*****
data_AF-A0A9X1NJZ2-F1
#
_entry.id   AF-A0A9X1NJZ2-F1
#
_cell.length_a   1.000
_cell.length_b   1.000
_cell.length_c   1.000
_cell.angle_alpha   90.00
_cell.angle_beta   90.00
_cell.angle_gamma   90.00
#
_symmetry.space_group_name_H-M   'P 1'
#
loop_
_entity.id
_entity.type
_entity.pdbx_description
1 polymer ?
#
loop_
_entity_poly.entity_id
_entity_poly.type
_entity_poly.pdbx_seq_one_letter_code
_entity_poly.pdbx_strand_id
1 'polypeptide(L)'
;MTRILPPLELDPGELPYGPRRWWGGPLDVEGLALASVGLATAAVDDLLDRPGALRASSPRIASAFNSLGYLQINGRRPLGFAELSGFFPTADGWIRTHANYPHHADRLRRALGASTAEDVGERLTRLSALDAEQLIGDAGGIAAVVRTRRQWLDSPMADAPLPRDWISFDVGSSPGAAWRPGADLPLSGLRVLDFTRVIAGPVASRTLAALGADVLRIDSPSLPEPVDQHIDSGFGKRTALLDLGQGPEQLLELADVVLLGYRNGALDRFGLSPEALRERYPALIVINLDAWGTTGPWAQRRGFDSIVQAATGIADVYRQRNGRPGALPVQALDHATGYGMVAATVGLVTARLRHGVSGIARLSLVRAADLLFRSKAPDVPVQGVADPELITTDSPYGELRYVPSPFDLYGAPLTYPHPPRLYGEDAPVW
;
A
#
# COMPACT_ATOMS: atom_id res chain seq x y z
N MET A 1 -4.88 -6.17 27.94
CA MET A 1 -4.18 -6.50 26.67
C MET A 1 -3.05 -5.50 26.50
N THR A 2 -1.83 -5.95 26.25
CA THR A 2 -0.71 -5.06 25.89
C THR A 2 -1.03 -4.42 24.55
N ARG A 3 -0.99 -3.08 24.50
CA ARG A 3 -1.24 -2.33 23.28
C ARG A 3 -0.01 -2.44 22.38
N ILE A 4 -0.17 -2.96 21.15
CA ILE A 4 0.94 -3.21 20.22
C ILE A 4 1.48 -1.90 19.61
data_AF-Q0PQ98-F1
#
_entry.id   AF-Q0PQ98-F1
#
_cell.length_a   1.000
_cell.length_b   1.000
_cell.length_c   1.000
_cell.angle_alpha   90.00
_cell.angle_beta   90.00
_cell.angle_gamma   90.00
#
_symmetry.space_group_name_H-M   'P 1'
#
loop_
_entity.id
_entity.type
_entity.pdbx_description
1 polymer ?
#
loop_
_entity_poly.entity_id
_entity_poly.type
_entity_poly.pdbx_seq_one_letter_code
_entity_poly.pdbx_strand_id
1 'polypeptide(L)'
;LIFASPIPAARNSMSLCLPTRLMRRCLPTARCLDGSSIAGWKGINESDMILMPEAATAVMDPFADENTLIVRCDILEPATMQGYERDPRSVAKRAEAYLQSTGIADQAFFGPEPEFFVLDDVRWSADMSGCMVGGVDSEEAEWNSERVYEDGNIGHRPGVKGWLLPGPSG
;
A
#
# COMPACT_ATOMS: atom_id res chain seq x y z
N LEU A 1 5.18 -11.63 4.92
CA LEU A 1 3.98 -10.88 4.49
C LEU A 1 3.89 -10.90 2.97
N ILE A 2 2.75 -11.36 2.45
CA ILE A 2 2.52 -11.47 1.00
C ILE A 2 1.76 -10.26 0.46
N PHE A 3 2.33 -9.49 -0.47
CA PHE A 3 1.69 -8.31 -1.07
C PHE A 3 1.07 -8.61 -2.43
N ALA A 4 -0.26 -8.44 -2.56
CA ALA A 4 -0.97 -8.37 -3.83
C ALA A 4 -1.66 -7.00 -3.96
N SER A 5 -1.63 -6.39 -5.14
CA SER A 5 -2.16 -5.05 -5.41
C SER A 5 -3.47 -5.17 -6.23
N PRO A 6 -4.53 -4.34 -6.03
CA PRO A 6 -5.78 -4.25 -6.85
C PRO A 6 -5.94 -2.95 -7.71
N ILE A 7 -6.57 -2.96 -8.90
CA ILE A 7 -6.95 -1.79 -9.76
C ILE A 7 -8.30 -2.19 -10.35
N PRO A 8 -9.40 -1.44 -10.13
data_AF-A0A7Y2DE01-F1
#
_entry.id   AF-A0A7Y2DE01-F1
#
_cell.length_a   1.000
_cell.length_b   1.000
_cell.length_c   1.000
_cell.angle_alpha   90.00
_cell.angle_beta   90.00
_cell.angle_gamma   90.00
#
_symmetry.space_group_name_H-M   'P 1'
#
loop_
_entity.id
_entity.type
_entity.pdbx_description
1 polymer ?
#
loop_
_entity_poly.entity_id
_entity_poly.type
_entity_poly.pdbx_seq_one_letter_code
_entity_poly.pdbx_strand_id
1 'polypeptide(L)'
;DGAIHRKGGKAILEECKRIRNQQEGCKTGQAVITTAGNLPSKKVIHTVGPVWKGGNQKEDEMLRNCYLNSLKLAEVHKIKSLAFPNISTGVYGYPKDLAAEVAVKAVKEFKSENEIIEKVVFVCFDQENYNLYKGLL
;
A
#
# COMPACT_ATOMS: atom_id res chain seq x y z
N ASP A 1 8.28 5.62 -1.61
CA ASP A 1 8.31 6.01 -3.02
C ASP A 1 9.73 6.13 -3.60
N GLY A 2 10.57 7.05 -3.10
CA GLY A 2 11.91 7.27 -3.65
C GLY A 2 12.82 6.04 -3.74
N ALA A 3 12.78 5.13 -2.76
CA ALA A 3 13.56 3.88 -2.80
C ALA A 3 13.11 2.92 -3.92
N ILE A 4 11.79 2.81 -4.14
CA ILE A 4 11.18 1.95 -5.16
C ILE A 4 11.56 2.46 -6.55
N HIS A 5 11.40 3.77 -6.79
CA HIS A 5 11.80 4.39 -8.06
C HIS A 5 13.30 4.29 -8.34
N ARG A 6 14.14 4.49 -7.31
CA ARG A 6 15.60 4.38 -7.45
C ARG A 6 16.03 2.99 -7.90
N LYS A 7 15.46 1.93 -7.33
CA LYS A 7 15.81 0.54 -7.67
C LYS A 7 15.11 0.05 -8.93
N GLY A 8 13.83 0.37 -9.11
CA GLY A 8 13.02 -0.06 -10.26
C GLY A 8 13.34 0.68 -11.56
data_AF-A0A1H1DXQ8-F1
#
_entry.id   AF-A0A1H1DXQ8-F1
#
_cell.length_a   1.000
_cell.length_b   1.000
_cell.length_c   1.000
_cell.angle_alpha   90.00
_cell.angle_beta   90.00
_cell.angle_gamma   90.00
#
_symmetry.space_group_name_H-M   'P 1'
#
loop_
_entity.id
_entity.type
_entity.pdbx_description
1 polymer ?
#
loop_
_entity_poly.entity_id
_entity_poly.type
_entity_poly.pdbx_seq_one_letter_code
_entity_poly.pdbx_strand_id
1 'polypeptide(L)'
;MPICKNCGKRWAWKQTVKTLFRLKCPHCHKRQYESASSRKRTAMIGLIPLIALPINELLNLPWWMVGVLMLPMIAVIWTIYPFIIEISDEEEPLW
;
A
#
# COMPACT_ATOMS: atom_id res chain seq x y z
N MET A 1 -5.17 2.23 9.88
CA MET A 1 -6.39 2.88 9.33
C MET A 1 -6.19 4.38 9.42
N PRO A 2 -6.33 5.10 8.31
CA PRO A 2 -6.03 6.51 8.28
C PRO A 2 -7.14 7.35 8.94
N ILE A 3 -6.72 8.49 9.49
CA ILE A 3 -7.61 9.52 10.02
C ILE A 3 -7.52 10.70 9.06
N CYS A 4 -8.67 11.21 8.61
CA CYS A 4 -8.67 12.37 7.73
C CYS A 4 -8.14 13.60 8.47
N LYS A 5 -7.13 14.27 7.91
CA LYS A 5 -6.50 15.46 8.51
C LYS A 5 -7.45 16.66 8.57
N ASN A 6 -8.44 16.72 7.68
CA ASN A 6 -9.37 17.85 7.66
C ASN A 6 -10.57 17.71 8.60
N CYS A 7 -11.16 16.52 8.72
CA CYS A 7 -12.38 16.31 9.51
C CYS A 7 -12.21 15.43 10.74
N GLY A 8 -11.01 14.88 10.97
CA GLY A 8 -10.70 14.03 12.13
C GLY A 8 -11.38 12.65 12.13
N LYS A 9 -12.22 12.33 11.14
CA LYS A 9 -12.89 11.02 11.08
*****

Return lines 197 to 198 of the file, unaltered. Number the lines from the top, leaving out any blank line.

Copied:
N CYS A 7 -11.16 16.52 8.72
CA CYS A 7 -12.38 16.31 9.51